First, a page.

The complaint sought to bring the matter to the Constitutional Court which, after examining the case, could rule that the president acted in “blunt breach of the Constitution”. It narrowly passed through the Senate in July, but was not expected to pass through the lower house due to the fact that the ruling coalition together with the Communist Party and the Freedom and Direct Democracy party stated that they would not support it.
The vote was preceded by long discussions, which included heated exchanges between the representatives of the opposition parties in favour of the complaint and those supporting the president. Senator Václav Láska, who authored the complaint, said that President Miloš Zeman is intent on making the government responsible to him rather than the Chamber of Deputies and that this was the central motive that connected all of the points raised against his behaviour in the complaint.
The chairman of the ANO party's deputies' club, Jaroslav Faltýnek, accused Mr. Láska of holding hateful feelings towards the president, while Social Democrat deputy, Kateřina Valachová, said that the complaint contained too many points and would have had a greater chance if it focused purely on the president's actions regarding the appointment of ministers.
President Zeman says he did not violate the constitution.
For the first time in its history the Communist Party of Bohemia and Moravia has polled below the minimum 5 percent threshold necessary to get into the Chamber of Deputies. While some commentators have called this a sign that they are headed for the dustbin of history, party chairman Vojtěch Filip says that the survey, conducted by the Kantar agency in August, is unreliable. I asked political commentator Jiří Pehe what he makes of the poll.
The Czech lower house of Parliament has approved a cabinet proposal that
would see medical marihuana mostly covered by public health insurance.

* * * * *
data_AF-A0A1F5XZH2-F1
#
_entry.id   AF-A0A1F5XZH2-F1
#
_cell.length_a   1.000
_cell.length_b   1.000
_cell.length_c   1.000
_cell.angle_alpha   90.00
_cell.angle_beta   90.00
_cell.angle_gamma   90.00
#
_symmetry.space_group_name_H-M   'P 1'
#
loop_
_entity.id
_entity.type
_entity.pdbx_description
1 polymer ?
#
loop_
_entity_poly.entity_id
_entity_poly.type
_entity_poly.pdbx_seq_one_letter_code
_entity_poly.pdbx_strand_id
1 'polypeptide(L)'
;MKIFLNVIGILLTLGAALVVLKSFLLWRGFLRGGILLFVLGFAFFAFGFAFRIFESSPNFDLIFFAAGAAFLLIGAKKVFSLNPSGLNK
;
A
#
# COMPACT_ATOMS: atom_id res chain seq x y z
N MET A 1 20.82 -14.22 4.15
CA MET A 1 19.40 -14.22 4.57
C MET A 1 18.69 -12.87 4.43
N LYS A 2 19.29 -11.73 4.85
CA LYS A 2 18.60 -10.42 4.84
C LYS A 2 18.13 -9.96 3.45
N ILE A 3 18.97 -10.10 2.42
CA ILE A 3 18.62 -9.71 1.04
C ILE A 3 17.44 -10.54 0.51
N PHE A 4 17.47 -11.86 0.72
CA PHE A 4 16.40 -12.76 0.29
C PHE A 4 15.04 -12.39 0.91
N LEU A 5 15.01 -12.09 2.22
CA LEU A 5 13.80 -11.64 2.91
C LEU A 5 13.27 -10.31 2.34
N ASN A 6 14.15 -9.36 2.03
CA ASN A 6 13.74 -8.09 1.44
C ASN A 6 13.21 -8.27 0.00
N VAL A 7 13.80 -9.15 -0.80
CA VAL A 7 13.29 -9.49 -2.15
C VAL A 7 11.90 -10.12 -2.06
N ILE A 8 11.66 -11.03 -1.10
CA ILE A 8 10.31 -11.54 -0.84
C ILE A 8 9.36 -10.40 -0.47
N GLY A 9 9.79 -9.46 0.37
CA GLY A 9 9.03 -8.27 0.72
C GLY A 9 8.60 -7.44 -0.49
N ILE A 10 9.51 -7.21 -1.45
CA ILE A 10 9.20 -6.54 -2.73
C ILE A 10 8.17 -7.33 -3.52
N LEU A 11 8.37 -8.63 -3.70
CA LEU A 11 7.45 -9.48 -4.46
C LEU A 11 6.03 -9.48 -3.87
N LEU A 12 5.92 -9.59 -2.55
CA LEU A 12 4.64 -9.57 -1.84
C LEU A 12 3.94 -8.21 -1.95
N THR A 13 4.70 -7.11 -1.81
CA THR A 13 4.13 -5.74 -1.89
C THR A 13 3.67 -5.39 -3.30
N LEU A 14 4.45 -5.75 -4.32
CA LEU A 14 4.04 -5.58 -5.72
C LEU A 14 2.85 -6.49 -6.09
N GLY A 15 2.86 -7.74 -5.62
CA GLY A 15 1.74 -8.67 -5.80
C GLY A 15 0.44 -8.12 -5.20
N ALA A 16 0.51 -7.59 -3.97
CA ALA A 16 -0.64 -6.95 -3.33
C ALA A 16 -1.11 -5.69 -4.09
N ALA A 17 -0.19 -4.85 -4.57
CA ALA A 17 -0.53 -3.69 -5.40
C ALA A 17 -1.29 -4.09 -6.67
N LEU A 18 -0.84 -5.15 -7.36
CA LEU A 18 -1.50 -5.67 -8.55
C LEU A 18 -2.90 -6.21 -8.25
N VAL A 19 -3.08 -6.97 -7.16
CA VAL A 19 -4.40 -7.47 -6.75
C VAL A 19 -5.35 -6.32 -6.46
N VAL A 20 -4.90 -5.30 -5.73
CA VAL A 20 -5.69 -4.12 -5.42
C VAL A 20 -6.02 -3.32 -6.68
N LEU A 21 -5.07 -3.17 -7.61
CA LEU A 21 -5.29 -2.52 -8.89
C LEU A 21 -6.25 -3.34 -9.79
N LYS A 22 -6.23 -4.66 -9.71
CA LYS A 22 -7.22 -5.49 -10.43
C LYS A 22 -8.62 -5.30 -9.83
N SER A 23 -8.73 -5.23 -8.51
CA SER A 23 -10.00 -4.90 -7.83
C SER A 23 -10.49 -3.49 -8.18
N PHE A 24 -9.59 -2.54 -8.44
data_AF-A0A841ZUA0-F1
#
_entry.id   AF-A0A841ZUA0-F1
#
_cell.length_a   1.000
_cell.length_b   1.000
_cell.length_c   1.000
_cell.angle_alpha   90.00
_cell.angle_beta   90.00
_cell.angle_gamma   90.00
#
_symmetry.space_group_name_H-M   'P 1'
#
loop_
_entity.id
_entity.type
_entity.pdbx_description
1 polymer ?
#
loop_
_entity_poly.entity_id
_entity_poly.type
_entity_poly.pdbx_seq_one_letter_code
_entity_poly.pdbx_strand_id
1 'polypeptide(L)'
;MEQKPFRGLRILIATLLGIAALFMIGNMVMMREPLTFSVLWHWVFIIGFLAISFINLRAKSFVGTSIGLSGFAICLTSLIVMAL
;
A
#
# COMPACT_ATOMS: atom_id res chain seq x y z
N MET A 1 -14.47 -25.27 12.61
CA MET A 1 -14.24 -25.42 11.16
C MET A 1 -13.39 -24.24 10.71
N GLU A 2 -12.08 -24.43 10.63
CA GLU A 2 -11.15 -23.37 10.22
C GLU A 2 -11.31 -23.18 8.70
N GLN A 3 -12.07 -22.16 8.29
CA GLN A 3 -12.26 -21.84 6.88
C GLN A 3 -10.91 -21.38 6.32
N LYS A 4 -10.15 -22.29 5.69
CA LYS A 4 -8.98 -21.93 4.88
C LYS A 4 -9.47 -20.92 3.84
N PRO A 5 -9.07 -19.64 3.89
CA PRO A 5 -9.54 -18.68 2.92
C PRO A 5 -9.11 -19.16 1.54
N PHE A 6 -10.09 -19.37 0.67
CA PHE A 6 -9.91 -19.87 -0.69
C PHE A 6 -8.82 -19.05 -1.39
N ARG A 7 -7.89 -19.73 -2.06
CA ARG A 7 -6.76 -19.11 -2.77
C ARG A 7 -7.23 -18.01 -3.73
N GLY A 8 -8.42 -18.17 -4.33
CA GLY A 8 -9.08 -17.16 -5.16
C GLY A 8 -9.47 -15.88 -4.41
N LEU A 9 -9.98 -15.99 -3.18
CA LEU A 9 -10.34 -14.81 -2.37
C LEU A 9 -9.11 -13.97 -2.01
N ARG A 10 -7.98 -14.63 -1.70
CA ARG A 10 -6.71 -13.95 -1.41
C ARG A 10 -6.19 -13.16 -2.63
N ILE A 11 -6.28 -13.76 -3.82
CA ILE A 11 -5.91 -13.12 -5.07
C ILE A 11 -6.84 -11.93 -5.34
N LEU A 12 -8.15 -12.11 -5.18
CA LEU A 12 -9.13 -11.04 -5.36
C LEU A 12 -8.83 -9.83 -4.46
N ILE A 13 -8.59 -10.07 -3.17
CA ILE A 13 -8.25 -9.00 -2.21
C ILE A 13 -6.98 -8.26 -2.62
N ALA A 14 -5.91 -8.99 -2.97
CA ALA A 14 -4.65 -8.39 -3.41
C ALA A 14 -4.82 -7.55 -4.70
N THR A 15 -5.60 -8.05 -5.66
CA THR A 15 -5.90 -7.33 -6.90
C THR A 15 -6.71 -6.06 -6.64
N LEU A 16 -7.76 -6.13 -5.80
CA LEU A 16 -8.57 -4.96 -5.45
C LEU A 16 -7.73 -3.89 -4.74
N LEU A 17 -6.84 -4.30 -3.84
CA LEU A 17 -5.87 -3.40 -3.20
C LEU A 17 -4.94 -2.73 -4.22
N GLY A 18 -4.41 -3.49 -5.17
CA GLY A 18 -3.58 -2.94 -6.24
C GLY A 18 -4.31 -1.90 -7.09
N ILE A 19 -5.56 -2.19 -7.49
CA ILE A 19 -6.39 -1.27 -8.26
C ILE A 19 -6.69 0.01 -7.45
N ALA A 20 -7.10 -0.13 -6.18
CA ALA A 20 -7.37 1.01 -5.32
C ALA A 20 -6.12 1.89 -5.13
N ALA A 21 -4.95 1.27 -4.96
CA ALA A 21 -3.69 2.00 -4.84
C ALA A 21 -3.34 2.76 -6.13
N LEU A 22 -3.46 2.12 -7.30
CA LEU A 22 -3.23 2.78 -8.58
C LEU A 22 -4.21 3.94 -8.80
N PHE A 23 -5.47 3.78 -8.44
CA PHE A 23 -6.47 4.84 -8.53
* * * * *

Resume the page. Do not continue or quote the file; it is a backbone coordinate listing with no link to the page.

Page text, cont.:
According to the proposal, which will now go to the Senate, insurers would cover 90 percent of the cost of for medical marihuana per month on a maximum of 30 grams per patient.
MPs rejected an amendment by Pirate deputy Tomáš Vymazal to make the payment 100 percent and set the monthly limit at 180 grams.
The state collected over one trillion crowns in taxes last year, which is
62 billion more than in the previous year, the Czech News Agency reported
According to the state’s final account, presented by the government in the Lower House of Parliament, some 727 billion crowns ended up in the state budget and 295 billion crowns were earmarked for regions and municipalities. Nearly 20 billion crowns went to the State Fund for Transport Infrastructure. Collection of VAT and personal income tax recorded the steepest growth in 2018.
Three MPs have quit Tomio Okamura’s Freedom and Direct Democracy Party.
Lubomír Volný, Marian Bojko and Ivana Nevludová were all elected in the
Moravian Silesian Region. Mr. Volný said the move was in protest at the
fact that the party had allowed racists and neo-Nazis to enter its ranks.
He has rejected a call from Freedom and Direct Democracy to also resign
from his seat in the Chamber of Deputies.
Mr. Volný is a controversial figure who in the past called Václav Havel a traitor, criticised the Erasmus scheme for students and offered to “take outside” a dispute with another MP during a lower house session. Soon after he announced that he would challenge Mr. Okamura for the party chairmanships his local branch was dissolved.